Bunraku is a form of Japanese puppet theater that dates back to the early 17th century. Its musical element, known as gidayubushi, traditionally consists of two people: a vocalist/storyteller (who is known as a tayu) and a shamisen player (who is called a gidayu-shamisen). While gidayubushi is an essential component of Bunraku theater, a gidayubushi recording can be enjoyed away from the stage. One example of a gidayubushi recording is this CD, which unites the late vocalist Tsudayu Takemoto (the tayu) with shamisen player Danshichi Takezawa (b. 1935, Nagoya, Japan). Together, they provide the gidayubushi for the play Kumagai Jinya No Dan, which consists of a five-minute prologue followed by seven acts. First performed in Osaka in 1751, the play is based on an historic battle in 12th century Japan and continued to enthrall Bunraku enthusiasts in the late 20th century. Takemoto (b. 1916, Osaka, Japan, d. 1987) puts a great deal of emotion into his narration, which would be among his last -- the well respected tayu, who had been active in Bunraku theater since 1932, was in his early '70s when he died the following year. Those with only a casual interest in Japanese culture might find Japan: Music of the Bunraku Theatre to be a bit too esoteric, but the more adventurous and seasoned world music enthusiasts will be captivated.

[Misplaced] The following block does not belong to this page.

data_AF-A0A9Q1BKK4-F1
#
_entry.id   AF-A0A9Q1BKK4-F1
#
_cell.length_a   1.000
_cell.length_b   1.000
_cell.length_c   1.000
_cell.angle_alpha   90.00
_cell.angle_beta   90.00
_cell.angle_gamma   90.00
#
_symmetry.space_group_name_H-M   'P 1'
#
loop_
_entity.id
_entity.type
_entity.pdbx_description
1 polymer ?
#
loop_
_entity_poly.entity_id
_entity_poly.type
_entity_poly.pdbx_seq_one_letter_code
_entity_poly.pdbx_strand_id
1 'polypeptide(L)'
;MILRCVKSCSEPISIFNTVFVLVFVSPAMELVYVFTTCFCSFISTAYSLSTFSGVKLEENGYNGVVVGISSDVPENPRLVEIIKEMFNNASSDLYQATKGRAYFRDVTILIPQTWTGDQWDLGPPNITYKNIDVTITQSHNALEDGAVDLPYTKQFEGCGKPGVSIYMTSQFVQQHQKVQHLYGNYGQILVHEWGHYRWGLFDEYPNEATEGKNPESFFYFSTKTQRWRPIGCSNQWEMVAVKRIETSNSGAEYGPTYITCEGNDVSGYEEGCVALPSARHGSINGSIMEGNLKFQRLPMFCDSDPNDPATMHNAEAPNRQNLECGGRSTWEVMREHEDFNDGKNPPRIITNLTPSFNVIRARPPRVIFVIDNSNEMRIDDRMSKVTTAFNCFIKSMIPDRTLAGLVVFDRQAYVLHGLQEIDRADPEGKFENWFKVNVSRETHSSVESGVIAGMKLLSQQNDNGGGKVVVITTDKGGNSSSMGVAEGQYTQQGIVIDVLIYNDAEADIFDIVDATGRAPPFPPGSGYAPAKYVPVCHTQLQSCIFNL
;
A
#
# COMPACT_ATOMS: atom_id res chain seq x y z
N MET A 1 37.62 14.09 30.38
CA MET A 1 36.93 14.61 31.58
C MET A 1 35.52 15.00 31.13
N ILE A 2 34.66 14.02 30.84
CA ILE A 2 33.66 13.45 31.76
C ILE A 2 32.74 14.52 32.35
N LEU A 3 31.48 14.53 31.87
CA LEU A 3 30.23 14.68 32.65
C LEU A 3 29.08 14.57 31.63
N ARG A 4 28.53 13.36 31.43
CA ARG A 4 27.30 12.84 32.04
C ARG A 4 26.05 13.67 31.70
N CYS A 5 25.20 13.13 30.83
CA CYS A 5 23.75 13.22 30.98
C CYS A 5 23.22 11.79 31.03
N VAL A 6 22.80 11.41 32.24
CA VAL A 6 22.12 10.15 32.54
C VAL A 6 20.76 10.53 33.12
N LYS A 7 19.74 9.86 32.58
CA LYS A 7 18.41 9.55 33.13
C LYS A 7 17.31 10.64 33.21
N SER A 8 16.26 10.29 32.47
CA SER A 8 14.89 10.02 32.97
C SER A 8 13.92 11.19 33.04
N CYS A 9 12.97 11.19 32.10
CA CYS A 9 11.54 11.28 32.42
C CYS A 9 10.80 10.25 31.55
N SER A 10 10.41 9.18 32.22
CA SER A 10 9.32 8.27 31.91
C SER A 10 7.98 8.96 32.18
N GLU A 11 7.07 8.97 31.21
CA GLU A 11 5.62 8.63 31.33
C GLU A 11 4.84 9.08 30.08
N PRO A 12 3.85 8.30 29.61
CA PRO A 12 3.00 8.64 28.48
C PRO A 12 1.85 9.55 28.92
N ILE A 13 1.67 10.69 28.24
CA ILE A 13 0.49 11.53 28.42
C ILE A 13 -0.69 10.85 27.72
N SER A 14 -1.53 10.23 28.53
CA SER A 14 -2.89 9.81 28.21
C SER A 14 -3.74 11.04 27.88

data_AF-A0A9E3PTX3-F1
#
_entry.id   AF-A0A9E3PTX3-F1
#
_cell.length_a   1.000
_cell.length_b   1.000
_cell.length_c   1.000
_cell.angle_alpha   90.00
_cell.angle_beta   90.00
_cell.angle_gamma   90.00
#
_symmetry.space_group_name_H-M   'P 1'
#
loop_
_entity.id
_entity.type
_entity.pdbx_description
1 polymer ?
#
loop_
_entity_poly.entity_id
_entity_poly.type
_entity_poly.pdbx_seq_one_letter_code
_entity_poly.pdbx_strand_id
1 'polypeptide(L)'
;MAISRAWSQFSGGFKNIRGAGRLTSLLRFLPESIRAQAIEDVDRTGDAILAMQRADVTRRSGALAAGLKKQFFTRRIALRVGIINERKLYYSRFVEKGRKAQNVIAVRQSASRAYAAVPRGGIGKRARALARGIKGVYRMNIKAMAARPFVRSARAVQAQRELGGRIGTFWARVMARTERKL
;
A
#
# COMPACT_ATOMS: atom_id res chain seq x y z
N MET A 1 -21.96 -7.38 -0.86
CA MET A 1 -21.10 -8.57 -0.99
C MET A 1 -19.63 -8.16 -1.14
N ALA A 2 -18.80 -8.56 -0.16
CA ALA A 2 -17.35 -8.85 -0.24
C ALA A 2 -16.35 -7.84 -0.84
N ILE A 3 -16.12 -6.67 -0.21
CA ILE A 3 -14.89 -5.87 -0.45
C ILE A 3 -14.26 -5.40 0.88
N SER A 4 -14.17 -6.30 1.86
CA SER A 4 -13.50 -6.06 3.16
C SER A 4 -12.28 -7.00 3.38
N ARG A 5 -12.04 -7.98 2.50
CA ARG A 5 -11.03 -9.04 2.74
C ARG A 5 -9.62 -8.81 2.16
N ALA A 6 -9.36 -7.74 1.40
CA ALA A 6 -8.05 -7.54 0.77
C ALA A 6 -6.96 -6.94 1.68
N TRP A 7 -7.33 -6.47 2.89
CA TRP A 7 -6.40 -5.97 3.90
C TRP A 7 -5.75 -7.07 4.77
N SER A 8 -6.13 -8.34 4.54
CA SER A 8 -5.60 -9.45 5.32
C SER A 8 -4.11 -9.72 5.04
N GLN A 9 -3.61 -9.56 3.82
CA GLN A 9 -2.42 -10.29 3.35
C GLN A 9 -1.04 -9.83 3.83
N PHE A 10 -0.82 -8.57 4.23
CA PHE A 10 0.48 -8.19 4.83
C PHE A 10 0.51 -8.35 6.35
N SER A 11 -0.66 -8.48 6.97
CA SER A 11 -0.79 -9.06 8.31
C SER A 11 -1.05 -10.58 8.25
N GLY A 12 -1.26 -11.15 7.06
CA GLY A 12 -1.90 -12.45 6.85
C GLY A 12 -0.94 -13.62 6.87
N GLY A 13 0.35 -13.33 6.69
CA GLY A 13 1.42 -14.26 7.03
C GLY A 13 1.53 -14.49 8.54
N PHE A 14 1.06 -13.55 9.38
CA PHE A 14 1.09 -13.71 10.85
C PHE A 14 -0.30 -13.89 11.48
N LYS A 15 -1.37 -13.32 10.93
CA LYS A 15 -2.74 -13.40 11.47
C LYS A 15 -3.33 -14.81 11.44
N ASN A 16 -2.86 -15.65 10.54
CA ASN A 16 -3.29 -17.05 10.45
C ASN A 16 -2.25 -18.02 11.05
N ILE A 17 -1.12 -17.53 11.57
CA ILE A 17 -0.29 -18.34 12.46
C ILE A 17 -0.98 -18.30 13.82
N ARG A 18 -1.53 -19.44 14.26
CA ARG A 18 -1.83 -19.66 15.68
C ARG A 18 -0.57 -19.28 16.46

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AllMusic Review by Alex Henderson